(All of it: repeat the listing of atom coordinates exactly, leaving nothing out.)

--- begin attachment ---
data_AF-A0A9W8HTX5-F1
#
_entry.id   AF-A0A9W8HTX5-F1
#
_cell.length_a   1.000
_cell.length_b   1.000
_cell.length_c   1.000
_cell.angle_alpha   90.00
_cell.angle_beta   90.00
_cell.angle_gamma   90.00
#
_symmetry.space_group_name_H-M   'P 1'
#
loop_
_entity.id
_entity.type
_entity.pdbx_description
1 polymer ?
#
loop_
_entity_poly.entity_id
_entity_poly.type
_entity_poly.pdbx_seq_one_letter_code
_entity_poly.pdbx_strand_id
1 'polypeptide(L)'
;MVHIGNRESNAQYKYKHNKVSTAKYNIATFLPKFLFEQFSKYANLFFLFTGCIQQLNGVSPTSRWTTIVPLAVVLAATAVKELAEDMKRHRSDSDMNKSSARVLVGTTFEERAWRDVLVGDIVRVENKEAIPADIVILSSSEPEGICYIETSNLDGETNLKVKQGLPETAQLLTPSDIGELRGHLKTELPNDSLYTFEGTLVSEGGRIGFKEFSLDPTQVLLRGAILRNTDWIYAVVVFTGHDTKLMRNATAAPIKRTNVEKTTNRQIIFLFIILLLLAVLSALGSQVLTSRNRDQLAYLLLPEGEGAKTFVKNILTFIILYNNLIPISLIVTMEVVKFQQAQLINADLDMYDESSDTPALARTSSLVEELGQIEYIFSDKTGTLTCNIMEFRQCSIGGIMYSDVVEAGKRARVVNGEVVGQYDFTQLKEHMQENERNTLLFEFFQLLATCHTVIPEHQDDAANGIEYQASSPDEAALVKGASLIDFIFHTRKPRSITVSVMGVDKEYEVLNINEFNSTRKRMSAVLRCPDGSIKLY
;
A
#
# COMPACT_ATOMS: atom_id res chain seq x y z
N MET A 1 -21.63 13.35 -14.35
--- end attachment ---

data_AF-A0A9W8HTX5-F1
#
_entry.id   AF-A0A9W8HTX5-F1
#
_cell.length_a   1.000
_cell.length_b   1.000
_cell.length_c   1.000
_cell.angle_alpha   90.00
_cell.angle_beta   90.00
_cell.angle_gamma   90.00
#
_symmetry.space_group_name_H-M   'P 1'
#
loop_
_entity.id
_entity.type
_entity.pdbx_description
1 polymer ?
#
loop_
_entity_poly.entity_id
_entity_poly.type
_entity_poly.pdbx_seq_one_letter_code
_entity_poly.pdbx_strand_id
1 'polypeptide(L)'
;MVHIGNRESNAQYKYKHNKVSTAKYNIATFLPKFLFEQFSKYANLFFLFTGCIQQLNGVSPTSRWTTIVPLAVVLAATAVKELAEDMKRHRSDSDMNKSSARVLVGTTFEERAWRDVLVGDIVRVENKEAIPADIVILSSSEPEGICYIETSNLDGETNLKVKQGLPETAQLLTPSDIGELRGHLKTELPNDSLYTFEGTLVSEGGRIGFKEFSLDPTQVLLRGAILRNTDWIYAVVVFTGHDTKLMRNATAAPIKRTNVEKTTNRQIIFLFIILLLLAVLSALGSQVLTSRNRDQLAYLLLPEGEGAKTFVKNILTFIILYNNLIPISLIVTMEVVKFQQAQLINADLDMYDESSDTPALARTSSLVEELGQIEYIFSDKTGTLTCNIMEFRQCSIGGIMYSDVVEAGKRARVVNGEVVGQYDFTQLKEHMQENERNTLLFEFFQLLATCHTVIPEHQDDAANGIEYQASSPDEAALVKGASLIDFIFHTRKPRSITVSVMGVDKEYEVLNINEFNSTRKRMSAVLRCPDGSIKLY
;
A
#
# COMPACT_ATOMS: atom_id res chain seq x y z
N MET A 1 -21.63 13.35 -14.35